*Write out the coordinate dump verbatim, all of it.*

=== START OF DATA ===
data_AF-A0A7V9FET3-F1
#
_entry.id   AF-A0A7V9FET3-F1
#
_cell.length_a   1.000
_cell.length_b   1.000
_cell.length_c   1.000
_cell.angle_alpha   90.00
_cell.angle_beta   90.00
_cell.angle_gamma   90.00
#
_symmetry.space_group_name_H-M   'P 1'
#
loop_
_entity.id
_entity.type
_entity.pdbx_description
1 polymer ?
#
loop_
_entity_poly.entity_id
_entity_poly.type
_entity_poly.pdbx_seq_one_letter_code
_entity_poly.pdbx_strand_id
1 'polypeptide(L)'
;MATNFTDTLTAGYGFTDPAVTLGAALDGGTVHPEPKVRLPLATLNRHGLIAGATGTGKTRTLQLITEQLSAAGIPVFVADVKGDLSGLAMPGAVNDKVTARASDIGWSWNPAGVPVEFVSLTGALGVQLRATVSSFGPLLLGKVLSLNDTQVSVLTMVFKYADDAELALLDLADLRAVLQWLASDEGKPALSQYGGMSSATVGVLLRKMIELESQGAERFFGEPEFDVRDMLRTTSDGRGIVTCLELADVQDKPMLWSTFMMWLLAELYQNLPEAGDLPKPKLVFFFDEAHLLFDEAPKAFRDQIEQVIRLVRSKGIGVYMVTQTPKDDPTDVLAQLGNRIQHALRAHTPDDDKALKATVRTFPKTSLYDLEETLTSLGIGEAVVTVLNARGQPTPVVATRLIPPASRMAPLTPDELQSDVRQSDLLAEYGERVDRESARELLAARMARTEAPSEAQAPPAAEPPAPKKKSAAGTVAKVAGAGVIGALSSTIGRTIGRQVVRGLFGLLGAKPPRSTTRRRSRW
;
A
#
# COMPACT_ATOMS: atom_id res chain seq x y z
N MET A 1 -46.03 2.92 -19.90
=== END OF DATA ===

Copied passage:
data_AF-A0A7V9FET3-F1
#
_entry.id   AF-A0A7V9FET3-F1
#
_cell.length_a   1.000
_cell.length_b   1.000
_cell.length_c   1.000
_cell.angle_alpha   90.00
_cell.angle_beta   90.00
_cell.angle_gamma   90.00
#
_symmetry.space_group_name_H-M   'P 1'
#
loop_
_entity.id
_entity.type
_entity.pdbx_description
1 polymer ?
#
loop_
_entity_poly.entity_id
_entity_poly.type
_entity_poly.pdbx_seq_one_letter_code
_entity_poly.pdbx_strand_id
1 'polypeptide(L)'
;MATNFTDTLTAGYGFTDPAVTLGAALDGGTVHPEPKVRLPLATLNRHGLIAGATGTGKTRTLQLITEQLSAAGIPVFVADVKGDLSGLAMPGAVNDKVTARASDIGWSWNPAGVPVEFVSLTGALGVQLRATVSSFGPLLLGKVLSLNDTQVSVLTMVFKYADDAELALLDLADLRAVLQWLASDEGKPALSQYGGMSSATVGVLLRKMIELESQGAERFFGEPEFDVRDMLRTTSDGRGIVTCLELADVQDKPMLWSTFMMWLLAELYQNLPEAGDLPKPKLVFFFDEAHLLFDEAPKAFRDQIEQVIRLVRSKGIGVYMVTQTPKDDPTDVLAQLGNRIQHALRAHTPDDDKALKATVRTFPKTSLYDLEETLTSLGIGEAVVTVLNARGQPTPVVATRLIPPASRMAPLTPDELQSDVRQSDLLAEYGERVDRESARELLAARMARTEAPSEAQAPPAAEPPAPKKKSAAGTVAKVAGAGVIGALSSTIGRTIGRQVVRGLFGLLGAKPPRSTTRRRSRW
;
A
#
# COMPACT_ATOMS: atom_id res chain seq x y z
N MET A 1 -46.03 2.92 -19.90